One side, championed in China, may be a digital landscape in which mobile payments have replaced money. Smartphones are the devices that matter, and users will search, chat, bank and surf the online with one app. The downsides: the federation reigns absolute, and it’s watching—you might be compelled to communicate with friends in code. And don’t expect to access Google or Facebook.
On the opposite side, in the rest of of the planet, the web is open to all. Users will say what they like, mo. stly, and internet developers will roll out just about anything. People familiar with China’s version complain this alternative web will appear clumsy. you need to toggle among apps to talk, shop, bank and surf the online. Some websites still don’t appear to be designed with smartphones in mind.
The two zones are setting out to clash with the advent of the superfast new generation of mobile technology referred to as 5G. China aims to be the most important supplier of gear underlying the networks, and along side that it is pushing consumer countries to adopt its approach to the web—essentially urging some to use versions of the “Great Firewall” that Beijing uses to regulate its internet and contain the West’s influence.
Battles are popping up round the world as Chinese tech giants attempt to use their market power at home to expand abroad, one thing they’ve for the most part failed to do thus far.
Some silicon valley executives worry the divergence risks giving Chinese firms a plus in new technologies like computing, partially because they face fewer restrictions over privacy and information protection.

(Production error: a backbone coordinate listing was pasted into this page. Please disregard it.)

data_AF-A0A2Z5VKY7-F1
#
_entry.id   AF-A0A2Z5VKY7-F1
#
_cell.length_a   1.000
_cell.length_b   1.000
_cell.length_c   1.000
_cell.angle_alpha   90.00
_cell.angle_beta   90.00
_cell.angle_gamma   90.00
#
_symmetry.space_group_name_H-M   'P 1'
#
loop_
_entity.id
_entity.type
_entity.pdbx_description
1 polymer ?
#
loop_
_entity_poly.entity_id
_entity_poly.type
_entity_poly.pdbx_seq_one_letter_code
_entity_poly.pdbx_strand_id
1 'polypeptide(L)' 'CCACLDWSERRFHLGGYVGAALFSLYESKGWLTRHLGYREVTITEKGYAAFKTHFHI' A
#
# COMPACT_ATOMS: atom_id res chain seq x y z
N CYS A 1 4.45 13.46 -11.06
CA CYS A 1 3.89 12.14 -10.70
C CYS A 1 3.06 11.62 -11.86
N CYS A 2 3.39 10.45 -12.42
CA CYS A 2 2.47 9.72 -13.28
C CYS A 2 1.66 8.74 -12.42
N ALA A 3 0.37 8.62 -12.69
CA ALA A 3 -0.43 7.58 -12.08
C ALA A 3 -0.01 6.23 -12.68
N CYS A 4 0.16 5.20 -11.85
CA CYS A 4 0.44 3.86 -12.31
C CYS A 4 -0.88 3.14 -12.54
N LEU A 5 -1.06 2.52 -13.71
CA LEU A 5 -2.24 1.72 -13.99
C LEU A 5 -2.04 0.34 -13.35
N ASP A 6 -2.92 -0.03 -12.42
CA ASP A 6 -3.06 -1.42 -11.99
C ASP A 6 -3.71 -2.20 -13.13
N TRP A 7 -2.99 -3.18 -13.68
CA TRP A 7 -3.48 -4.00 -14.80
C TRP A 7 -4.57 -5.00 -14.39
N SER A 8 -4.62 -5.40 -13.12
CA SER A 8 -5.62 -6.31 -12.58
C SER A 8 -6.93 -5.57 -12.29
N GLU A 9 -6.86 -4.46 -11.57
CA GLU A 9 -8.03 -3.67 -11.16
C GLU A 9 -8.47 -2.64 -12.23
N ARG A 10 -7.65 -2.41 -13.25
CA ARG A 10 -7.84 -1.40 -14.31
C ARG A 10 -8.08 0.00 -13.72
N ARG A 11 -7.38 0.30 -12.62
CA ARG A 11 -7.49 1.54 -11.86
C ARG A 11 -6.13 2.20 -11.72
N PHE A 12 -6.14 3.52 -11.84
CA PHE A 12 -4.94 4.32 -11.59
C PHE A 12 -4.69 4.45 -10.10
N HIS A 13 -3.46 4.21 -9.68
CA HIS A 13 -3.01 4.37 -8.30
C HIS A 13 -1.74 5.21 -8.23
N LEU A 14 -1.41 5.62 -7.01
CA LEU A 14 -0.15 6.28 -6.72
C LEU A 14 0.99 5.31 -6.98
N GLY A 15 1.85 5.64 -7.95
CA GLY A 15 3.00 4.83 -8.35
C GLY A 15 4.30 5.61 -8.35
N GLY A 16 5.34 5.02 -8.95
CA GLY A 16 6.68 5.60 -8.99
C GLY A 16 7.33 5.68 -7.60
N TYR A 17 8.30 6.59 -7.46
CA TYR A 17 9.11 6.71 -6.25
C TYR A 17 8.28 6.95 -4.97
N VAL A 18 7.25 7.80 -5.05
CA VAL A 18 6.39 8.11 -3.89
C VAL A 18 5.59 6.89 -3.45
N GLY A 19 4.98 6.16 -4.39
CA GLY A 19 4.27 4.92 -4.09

“The Chinese approach might well cause some large-scale enhancements like better health outcomes—benefits derived from the mass capture and analysis of information,” said Nick Clegg, the previous British deputy prime minister whom Facebook Inc. employed to run its international policy and communications, during a Brussels speech last week. “But it could equally be put to more sinister surveillance ends.”
“The real selection,” he said, “is between an appropriately regulated tech sector, balancing the priorities of privacy, free speech, innovation and scale—and another within which ingenuity runs roughshod over some basic guarantees of privacy and individual rights.” He and Facebook declined to comment further.
The divide is obvious to people like Tom Pellman who straddle it. Mr. Pellman, a director in Washington, D.C., for a global risk advisory firm, spent a decade in Beijing from the mid-2000s. His company doesn’t use Slack, the messaging app, because China has blocked it. He circumvented the great Firewall by cycling through virtual private networks, or VPNs, which may disguise activity from monitors until getting discovered and then blocked, he said. “It’s Whac-A-Mole.”